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saving lifts, on the hurricane, on helping people. i am certainly not talking about politics today. we are going to continue to focus on saving lives in our state and making sure people have the fuel they get to go where they need to go. rental cars are actually providing the rental cars and not doubling the rates. because we heard of that as well. so we are focusing -- we are in a state of crisis in florida and that's what we are focusing on today. martha: we'll talk to you about that time. politics have much in the news. we know you guys have a lot on your hand in florida. bill: we'll watch matthew going to tear its way up the southeast coast. they had half a million clear out yesterday. and parts of the south carolina where they reversed the traffic
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coming out of the area. in the palmetto nikki haley says it could be a life or death matter. >> this is a storm that should be taken seriously. we need you to evacuate. i don't want to deal with anyone losing their life or anything happening. or the guardsmen or the troopers or anyone working there. the time is long overdue... pharmaceutical industry. need... outrageous profits. important step forward. payers of california - america. passes - ballot. feel the ran
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pelting me in the back. it's getting pretty strong. >> this is the damage we are seeing, trees down. >> the palm trees blowing sideways. >> they still have electricity here. bill: they go there so you don't have to. reporters overnight reporting for us. the governor of florida rick scott operating out of tallahassee. governor, good morning to you. >> good morning. my biggest concern over 10 foot of storm surge will hit the north part of the state, jacksonville, it's a low-lying area. so that's my biggest concern. we still have hurricane-force wind. we are about halfway through this. so i'm talking to our sheriffs, our emergency management and mayors where we have been and making sure we have the resources to take care of everybody.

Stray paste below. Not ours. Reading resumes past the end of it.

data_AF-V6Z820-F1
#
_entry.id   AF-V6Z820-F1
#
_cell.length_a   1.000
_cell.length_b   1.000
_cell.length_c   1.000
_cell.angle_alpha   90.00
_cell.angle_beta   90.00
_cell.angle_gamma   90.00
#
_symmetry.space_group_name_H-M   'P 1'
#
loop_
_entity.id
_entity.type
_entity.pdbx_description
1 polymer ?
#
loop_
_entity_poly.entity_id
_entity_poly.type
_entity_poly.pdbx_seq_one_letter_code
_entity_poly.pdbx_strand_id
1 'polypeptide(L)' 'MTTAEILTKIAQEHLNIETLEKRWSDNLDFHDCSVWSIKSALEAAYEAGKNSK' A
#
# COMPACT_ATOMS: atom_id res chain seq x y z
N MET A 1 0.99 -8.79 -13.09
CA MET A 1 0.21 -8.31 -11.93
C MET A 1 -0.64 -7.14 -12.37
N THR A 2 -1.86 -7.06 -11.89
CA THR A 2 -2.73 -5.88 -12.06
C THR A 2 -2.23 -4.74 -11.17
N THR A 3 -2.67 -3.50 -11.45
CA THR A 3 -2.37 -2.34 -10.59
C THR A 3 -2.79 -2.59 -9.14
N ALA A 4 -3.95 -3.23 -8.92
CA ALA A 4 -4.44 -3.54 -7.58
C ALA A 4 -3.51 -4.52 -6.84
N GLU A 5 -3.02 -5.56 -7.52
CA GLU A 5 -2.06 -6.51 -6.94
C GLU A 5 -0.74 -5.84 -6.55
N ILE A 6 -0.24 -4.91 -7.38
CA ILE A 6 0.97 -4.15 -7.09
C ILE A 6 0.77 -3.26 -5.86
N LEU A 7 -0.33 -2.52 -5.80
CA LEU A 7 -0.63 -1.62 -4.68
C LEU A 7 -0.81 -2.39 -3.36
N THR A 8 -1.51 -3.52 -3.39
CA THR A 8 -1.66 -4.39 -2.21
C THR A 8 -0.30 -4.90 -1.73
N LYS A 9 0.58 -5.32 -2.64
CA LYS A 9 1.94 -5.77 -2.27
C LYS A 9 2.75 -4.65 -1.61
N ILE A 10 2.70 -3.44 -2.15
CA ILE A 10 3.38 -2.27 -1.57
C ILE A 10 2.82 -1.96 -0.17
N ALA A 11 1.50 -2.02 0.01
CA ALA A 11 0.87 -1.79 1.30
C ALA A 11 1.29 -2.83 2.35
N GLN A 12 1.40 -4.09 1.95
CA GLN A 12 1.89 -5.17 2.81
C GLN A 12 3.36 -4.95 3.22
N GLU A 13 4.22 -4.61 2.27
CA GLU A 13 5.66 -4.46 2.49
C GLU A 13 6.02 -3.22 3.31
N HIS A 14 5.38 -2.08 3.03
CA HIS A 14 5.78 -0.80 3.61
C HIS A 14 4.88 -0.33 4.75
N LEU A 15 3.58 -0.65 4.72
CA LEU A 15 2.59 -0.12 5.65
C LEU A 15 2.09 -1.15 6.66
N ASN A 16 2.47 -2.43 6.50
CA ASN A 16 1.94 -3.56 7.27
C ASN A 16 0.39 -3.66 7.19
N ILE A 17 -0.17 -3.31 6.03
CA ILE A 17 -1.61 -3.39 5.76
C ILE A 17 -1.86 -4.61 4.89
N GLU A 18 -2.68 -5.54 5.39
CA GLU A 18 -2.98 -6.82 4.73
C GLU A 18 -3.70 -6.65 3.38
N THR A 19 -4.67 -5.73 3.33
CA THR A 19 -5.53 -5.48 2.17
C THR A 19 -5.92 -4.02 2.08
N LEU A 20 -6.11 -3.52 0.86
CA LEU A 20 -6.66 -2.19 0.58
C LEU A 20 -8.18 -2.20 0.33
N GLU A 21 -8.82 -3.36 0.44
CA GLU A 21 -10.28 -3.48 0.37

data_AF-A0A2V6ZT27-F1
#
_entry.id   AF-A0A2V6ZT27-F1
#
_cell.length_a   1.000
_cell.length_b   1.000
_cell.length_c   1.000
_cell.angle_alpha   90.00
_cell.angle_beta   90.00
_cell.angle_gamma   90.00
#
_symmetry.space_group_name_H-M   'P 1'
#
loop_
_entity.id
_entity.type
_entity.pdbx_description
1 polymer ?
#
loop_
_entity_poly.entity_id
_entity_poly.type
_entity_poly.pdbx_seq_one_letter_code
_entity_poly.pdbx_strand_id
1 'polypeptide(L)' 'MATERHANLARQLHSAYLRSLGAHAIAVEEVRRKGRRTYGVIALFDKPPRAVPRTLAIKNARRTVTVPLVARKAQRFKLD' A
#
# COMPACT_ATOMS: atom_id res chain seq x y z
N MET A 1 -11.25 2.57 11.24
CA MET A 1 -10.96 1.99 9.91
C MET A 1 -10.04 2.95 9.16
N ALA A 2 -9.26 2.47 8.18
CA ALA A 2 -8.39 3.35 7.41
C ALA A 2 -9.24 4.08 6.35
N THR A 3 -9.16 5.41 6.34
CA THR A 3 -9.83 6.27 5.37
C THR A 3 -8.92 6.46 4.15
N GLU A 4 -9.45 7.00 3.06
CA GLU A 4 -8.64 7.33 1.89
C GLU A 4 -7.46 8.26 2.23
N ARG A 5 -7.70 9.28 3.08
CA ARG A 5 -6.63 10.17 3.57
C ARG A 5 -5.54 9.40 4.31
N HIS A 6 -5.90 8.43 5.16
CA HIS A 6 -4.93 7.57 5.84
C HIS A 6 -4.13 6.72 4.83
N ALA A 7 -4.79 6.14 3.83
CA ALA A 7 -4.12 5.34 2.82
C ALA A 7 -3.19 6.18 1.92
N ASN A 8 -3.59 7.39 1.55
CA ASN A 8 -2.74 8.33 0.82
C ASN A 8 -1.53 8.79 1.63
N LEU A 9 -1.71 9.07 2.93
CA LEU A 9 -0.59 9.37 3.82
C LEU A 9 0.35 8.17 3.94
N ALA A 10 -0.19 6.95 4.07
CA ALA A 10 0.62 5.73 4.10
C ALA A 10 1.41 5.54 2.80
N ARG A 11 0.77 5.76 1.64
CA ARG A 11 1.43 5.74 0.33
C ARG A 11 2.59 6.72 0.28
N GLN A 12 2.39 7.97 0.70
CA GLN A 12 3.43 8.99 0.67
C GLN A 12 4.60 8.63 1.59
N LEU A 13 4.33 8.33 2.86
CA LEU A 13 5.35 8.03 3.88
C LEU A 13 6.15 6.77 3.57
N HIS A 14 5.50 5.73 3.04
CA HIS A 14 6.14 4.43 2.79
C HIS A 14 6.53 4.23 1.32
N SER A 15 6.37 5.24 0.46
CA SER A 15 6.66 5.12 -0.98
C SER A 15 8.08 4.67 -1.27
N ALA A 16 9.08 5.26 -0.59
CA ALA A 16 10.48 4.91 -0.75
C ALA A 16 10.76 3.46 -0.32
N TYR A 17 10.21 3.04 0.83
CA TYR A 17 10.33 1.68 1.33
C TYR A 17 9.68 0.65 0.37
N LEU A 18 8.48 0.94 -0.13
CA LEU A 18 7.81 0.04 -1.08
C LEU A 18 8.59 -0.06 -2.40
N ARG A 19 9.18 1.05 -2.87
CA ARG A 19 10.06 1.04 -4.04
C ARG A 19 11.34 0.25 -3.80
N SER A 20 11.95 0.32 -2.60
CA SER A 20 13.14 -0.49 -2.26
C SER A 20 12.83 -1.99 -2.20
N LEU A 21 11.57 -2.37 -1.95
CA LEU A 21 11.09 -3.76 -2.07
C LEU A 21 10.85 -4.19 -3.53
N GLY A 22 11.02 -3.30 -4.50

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we'll still get hit. bill: we were listening to your press conference. it appears though this is not over yet. it appears based on the forecasting that you may have gotten perhaps the best card dealt to you when you consider 24 and 36 hours ago what we were looking at. >> so far we have not had a direct hit. but 10-foot of storm surge plus 20 feet of waves injacksonville. nassau county, right now that's my biggest concern. we are clearly assessing the damage in the southern part of the state. we are talking to our mayors. search and rescue teams to make sure both people and property. but right now just keep everybody safe in the northern part of the state. bill: st. mary's river in